Willebrand's disease, von, von Willebrand factor, basic and clinical research, desmopressin, von Willebrand factor concentrates
in
Haemophilia
volume
12
issue
6
pages
563 - 572
publisher
Federation of European Neuroscience Societies and Blackwell Publishing Ltd
external identifiers
  • wos:000241767300002
  • scopus:33750696330
ISSN
1351-8216
DOI
10.1111/j.1365-2516.2006.01393.x
language
English
LU publication?
yes
id
fbf1ddcc-93e4-4fc1-a7b3-9d4211b76471 (old id 378399)
date added to LUP
2016-04-01 11:37:03
date last changed
2020-12-01 04:15:26
@article{fbf1ddcc-93e4-4fc1-a7b3-9d4211b76471,
  abstract     = {The history of von Willebrand's disease (VWD) is fascinating because it demonstrates how good clinical observations, genetic studies and biochemical skills can improve basic understanding of a disease and its management. The continuous efforts of scientists and clinicians during the last 80 years have significantly improved the knowledge of von Willebrand factor (VWF) structure and function and the management of VWD. Diagnosis of phenotype and genotype is now available in many countries and treatment is becoming more specific according to the VWD type. Any therapeutic agents must correct the dual defect of haemostasis, i.e. the abnormal platelet adhesion due to reduced and/or dysfunctional and low levels of factor VIII (FVIII) associated with VWF defects. Desmopressin (DDAVP) is the treatment of choice for type 1 VWD because it induces release of VWF from cellular compartments. Plasma virally inactivated VWF concentrates containing FVIII are effective and safe in patients unresponsive to DDAVP. There are advanced plans to develop a recombinant VWF but this product will require the concomitant administration of FVIII for the control of acute bleeds. Basic research studies on cellular biology, biochemistry and immunology have confirmed the role of VWF as a crucial participant in both haemostasis and thrombosis as its main biological activity is to support platelet adhesion-aggregation in the circulation. Retrospective and prospective clinical research studies, including bleeding history and laboratory markers for diagnosis as well as the use of DDAVP and VWF concentrates to manage or prevent bleeds in patients with VWD have been essential to provide general guidelines for VWD management. The large number of publications quoting VWD and VWF emphasizes the important role of VWF in medicine.},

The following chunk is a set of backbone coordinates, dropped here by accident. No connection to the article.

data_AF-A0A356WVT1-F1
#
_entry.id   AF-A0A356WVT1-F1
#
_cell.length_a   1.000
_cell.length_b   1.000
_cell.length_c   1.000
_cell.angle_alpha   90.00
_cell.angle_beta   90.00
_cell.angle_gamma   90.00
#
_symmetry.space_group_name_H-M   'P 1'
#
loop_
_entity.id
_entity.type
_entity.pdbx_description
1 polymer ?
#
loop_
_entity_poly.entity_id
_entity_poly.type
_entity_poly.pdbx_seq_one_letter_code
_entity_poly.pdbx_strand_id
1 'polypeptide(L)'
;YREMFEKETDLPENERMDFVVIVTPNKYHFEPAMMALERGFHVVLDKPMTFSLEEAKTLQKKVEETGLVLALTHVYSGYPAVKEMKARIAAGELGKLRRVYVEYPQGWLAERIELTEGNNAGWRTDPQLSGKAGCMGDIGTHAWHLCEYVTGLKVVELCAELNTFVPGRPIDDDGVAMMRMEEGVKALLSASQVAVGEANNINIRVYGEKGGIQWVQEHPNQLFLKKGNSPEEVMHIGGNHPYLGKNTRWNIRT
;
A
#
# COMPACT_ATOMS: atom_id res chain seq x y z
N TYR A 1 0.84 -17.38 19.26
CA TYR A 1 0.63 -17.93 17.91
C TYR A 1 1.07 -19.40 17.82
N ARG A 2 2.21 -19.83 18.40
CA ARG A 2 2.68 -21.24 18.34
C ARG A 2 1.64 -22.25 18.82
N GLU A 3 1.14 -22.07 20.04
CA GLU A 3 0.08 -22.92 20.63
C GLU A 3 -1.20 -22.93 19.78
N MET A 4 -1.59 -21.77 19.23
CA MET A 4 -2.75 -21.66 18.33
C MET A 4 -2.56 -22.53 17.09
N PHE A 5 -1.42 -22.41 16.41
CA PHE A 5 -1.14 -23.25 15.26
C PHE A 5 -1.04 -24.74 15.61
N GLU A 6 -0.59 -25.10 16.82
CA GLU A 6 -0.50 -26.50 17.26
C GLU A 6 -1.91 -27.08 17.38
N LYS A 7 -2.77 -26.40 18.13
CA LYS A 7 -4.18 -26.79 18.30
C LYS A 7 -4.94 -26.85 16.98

author       = {Federici, A. B. and Berntorp, Erik and Lee, C. A.},
  issn         = {1351-8216},
  language     = {eng},
  number       = {6},
  pages        = {563--572},
  publisher    = {Federation of European Neuroscience Societies and Blackwell Publishing Ltd},
  series       = {Haemophilia},
  title        = {The 80th anniversary of von Willebrand's disease: history, management and research},
  url          = {http://dx.doi.org/10.1111/j.1365-2516.2006.01393.x},
  doi          = {10.1111/j.1365-2516.2006.01393.x},
  volume       = {12},
  year         = {2006},
}